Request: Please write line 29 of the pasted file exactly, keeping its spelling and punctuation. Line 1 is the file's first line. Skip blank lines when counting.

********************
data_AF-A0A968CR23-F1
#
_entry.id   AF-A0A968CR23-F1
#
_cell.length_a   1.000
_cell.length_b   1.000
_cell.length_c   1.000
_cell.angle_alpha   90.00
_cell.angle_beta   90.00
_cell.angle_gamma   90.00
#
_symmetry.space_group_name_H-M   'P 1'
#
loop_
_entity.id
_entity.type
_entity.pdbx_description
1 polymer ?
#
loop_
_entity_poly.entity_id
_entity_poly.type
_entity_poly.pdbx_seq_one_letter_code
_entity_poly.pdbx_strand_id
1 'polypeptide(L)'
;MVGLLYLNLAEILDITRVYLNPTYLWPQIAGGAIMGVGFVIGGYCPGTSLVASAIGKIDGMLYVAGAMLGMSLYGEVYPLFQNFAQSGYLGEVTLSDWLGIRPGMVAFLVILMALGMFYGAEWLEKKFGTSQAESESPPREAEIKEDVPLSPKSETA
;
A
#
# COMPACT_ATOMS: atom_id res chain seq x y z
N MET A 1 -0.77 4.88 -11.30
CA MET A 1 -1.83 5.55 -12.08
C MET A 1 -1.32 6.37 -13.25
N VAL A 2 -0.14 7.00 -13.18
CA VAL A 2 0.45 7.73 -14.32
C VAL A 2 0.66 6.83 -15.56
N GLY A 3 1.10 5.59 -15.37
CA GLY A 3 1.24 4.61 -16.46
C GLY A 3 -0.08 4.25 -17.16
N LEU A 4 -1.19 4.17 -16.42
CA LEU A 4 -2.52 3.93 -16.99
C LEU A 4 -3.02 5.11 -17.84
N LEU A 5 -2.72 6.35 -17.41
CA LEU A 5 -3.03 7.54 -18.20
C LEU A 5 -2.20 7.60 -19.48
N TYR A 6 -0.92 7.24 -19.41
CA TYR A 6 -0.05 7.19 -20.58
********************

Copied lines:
#